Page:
A brain injury usually happens out of nowhere, in an instant. You or your family have to learn a great deal fast. Here is information on common tests and procedures that may be needed for someone who has sustained a TBI.
An ultrasound test of the legs used to detect clots (deep venous thrombosis) in the blood vessels of the legs. This test is completely safe and does not hurt.
A test to find heterotopic ossification (excess bone growth). It involves the injection of medicine followed by images obtained by a special camera. The radiation exposure is the same as an x-ray of the spine.
A special computerized x-ray that provides images of the brain and is sometimes used to look for suspected hydrocephalus.
Records the electrical activity of the brain and can sometimes help predict risk for seizures. It is safe and does not hurt, but does require the use of a medical adhesive that may cause discomfort when removed from the hair.
EMG/NCV (electromyogram and nerve conduction studies)
Records the electrical activity of muscles and nerves. It is used to predict risk for seizures. This is safe and painless, but does require the use of adhesive that can cause discomfort when removed from the hair.
Assesses the ability of nerves to send information from the body to the brain and is used to measure visual, hearing and sensory function, most often in minimally responsive patients who are unable to participate in a regular physical exam.
Gastric Tube Insertion
Provides nutrition and fluids through a tube, either surgically inserted in the stomach or inserted into the nose and throat and then down into the stomach.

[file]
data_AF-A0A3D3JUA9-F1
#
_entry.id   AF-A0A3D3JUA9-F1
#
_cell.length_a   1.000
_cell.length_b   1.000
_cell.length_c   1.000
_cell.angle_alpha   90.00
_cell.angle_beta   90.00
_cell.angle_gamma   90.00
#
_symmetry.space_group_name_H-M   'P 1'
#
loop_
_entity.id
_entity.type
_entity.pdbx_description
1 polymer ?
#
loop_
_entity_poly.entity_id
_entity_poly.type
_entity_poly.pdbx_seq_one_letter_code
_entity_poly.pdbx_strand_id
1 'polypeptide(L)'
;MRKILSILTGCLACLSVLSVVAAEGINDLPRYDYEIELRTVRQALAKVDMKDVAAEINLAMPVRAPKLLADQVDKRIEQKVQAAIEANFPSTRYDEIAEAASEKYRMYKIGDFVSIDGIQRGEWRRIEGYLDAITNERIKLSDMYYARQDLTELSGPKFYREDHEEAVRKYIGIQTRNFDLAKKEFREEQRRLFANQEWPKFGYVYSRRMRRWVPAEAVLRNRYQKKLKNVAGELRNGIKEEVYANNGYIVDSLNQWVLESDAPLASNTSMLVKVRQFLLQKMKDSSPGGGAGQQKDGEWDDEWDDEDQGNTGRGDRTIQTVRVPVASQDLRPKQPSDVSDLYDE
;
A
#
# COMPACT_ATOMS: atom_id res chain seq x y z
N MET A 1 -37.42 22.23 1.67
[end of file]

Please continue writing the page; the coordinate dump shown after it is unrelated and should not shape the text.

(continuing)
Provides detailed images of the brain using magnetic energy rather than radiation which is used in regular x-rays.
Nerve Block/Botulinum Toxin Injections
Used to treat spasticity. These work by blocking the nerve-to-muscle pathway and allowing the muscle to relax. The injections can be mildly uncomfortable.
Shunt (Ventriculoperitoneal Shunt)
Surgical procedure (done by a neurosurgeon) that places a drain from the ventricles of the brain into the abdomen. It helps drain excess fluid in the case of hydroencephalus. Patients with a shunt are watched closely for signs of infection.
Video Swallow Assessment
X-ray measures the ability to swallow safely. A physician and speech pathologist monitor swallowing of different substances to ensure that food is not aspirated (moves into the lungs rather than the stomach).
Internal images of the body that are best for seeing fractures in bones and to look at the lungs when pneumonia is suspected. X-rays do not hurt but do involve a small amount of radiation.
Intrathecal baclofen trial
Surgical procedure (done by a neurosurgeon and therapist) delivers medication into the spaces around the spinal cord. It is sometimes used to treat spasticity.
The content of this handout is for informational purposes only. It does not replace the advice of a physician or other health care professionals. Copyright 2007 Rehabilitation Institute of Chicago